“My dog ignores me!”
“My dog knows what I want. She’s blowing me off!”
“My dog doesn’t pay attention to me.”
Do these complaints sound familiar? Without our dogs’ attention, we can’t accomplish very much. Attention, just like any other behavior, can be reinforced and put on cue. In other words, attention can be trained.
How do we know when we have a dog’s attention? The same way we do with people: our good old friend eye contact. When I call my dogs’ names, I want them to look me in the eye. This may be as simple as lifting their heads off the ground or it may mean looking around and finding me.
Like any other behavior, we start out by training this in a low distraction environment and gradually build to using outside in more challenging situations. Rather than trying to lure the attention by showing the dog a treat, I usually try to capture looking at me. I stand with the dog’s leash and wait. At some point, he’s going to look up at me. When he does I say “Yes!” and give him a treat. Chances are he’s going to look at me at bit more quickly soon after.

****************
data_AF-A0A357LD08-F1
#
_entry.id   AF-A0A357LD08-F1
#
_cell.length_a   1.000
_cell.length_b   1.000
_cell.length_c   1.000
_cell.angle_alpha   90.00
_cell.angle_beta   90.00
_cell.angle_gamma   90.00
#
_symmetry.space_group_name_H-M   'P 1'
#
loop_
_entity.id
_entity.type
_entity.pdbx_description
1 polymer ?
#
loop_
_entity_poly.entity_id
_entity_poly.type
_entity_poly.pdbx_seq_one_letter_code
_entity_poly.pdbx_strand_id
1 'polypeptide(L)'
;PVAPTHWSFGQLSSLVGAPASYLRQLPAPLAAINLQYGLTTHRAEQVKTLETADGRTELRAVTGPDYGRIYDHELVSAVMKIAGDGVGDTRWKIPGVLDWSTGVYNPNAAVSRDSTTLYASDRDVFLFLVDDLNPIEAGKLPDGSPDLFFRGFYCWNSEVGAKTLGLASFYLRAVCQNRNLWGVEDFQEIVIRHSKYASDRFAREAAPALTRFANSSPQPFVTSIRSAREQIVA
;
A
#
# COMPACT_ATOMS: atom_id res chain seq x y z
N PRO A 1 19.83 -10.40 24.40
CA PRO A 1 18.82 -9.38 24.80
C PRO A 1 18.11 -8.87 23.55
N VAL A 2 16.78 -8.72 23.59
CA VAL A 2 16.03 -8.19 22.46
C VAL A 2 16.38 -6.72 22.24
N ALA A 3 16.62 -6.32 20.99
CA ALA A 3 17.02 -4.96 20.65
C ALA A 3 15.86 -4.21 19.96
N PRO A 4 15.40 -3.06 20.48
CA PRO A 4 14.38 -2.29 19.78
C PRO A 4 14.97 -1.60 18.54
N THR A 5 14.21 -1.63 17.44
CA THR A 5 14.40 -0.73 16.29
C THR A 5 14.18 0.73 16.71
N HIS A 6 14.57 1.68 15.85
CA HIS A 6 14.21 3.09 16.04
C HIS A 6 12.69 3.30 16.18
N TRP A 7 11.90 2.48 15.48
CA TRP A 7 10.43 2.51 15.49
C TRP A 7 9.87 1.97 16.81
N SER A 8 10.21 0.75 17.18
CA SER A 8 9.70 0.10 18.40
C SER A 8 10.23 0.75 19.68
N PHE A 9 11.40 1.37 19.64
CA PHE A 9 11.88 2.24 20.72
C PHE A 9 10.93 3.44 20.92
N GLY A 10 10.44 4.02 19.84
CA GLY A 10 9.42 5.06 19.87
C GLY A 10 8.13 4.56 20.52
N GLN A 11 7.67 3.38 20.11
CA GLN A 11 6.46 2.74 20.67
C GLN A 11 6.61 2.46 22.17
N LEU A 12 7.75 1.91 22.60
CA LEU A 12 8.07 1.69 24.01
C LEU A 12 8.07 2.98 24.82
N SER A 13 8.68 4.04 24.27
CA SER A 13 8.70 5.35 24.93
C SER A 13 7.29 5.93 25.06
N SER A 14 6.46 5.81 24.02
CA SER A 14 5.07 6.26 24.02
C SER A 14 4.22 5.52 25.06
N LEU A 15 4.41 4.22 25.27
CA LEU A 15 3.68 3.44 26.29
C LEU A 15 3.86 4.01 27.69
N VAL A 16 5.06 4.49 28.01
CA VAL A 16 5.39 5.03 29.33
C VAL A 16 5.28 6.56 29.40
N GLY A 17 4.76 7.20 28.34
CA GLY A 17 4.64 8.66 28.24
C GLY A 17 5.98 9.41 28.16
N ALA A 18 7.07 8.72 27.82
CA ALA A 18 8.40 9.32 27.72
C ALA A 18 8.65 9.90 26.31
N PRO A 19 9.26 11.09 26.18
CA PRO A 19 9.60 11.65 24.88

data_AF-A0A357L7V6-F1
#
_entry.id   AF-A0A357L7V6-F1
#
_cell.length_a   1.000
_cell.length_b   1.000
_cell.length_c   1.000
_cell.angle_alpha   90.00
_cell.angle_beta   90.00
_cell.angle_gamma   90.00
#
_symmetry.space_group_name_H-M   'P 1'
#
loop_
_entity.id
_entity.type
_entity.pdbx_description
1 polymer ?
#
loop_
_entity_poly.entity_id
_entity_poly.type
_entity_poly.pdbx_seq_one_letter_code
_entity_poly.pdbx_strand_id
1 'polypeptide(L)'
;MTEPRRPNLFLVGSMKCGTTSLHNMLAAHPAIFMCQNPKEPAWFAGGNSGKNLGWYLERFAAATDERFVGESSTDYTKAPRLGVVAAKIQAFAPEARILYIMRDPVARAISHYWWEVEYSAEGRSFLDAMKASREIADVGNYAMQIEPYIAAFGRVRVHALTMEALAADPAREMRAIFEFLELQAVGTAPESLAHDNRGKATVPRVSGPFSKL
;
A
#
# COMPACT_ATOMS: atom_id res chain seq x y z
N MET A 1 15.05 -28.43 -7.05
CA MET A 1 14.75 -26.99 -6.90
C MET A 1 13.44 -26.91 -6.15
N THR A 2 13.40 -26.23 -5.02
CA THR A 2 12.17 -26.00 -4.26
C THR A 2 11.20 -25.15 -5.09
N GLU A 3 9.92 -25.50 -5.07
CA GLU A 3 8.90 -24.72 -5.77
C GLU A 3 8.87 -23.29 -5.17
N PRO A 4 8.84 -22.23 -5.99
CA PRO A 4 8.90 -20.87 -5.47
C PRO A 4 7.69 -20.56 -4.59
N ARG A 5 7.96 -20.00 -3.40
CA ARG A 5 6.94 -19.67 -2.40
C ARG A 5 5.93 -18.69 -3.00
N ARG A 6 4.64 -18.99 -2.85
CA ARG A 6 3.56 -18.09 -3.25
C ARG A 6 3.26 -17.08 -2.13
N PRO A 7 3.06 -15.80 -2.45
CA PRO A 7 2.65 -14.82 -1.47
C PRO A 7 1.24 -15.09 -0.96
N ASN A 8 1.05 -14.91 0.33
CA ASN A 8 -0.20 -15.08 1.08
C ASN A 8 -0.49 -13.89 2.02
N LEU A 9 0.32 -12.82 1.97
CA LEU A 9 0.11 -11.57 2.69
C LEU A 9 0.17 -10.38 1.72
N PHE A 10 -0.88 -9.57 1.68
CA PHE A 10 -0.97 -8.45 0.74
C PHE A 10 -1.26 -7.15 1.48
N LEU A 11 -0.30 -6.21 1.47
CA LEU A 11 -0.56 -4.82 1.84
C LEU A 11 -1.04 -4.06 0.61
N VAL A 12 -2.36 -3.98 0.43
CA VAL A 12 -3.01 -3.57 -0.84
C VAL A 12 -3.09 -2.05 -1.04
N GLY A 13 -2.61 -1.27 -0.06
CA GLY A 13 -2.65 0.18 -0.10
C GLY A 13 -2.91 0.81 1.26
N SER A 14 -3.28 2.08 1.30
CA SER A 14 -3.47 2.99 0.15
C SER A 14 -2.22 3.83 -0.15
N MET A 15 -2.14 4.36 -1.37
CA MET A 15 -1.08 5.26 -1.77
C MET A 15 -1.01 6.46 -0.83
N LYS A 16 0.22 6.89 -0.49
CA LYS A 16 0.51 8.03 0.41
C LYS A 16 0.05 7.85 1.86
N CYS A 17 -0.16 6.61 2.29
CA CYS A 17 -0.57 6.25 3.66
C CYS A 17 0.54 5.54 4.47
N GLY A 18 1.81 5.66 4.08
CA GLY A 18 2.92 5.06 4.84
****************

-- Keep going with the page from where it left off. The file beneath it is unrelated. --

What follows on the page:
After a few repetitions, the dog is pretty much staring at me. That’s when I start to toss the reward to break the eye contact. This sets up the situation I need: I can now predict when he will look at me. All I need to do is say his name just before we make contact.
Here is a very condensed video:
I also have a handout that covers this exercise.